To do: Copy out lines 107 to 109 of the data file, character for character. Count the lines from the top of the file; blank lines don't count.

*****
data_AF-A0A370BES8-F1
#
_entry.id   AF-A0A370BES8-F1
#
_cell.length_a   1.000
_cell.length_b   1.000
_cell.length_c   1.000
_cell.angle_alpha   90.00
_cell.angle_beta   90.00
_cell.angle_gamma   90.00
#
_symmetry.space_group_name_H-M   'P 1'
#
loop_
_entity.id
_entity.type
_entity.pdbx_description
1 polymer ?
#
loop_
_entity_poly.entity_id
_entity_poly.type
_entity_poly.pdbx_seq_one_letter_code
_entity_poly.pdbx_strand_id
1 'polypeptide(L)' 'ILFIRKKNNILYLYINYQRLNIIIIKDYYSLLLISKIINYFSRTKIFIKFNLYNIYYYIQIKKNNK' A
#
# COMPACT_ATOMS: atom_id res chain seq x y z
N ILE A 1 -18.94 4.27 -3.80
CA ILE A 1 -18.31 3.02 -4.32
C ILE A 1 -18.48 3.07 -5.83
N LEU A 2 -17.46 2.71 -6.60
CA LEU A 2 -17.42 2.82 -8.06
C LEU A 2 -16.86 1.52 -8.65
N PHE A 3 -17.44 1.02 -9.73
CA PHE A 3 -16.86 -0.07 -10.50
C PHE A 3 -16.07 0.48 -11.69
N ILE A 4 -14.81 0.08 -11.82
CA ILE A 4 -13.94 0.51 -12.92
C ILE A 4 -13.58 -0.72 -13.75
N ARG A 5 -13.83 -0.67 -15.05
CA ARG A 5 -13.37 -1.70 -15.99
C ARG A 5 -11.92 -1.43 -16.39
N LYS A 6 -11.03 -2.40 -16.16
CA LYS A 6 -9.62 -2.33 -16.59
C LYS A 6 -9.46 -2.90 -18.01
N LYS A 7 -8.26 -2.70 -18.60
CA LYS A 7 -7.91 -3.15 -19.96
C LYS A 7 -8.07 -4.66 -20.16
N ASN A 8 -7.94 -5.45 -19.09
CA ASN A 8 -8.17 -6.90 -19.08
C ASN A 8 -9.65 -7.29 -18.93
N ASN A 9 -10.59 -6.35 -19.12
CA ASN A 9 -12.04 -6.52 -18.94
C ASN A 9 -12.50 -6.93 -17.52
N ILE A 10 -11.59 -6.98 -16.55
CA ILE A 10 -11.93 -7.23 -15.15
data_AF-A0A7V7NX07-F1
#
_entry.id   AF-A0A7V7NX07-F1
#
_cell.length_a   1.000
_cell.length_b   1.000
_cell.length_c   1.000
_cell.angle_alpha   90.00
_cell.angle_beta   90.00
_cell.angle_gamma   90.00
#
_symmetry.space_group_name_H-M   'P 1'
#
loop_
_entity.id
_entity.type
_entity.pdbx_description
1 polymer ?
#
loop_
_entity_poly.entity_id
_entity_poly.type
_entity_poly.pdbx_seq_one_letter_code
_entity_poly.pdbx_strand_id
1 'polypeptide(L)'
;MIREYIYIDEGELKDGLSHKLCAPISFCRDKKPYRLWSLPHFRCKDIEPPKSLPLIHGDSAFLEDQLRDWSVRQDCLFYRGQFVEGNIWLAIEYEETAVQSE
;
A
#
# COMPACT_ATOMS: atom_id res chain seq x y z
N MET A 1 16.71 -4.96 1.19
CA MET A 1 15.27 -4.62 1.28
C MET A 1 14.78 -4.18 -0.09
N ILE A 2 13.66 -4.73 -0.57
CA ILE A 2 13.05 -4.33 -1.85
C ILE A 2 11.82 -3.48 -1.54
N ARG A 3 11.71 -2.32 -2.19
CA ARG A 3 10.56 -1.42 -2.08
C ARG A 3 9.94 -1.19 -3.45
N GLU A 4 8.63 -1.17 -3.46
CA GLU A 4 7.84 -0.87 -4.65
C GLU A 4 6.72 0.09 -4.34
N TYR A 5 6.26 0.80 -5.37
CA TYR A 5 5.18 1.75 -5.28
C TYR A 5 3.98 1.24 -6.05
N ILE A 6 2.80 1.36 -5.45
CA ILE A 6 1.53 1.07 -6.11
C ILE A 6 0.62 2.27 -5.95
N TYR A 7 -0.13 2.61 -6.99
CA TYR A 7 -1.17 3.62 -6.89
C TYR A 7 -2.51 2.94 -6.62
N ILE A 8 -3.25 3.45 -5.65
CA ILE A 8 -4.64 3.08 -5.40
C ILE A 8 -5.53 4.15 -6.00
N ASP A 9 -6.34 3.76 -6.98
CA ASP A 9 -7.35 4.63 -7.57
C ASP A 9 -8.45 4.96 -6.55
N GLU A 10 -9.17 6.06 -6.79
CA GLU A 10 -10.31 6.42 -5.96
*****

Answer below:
C TYR A 7 -2.51 2.94 -6.62
N ILE A 8 -3.25 3.45 -5.65
CA ILE A 8 -4.64 3.08 -5.40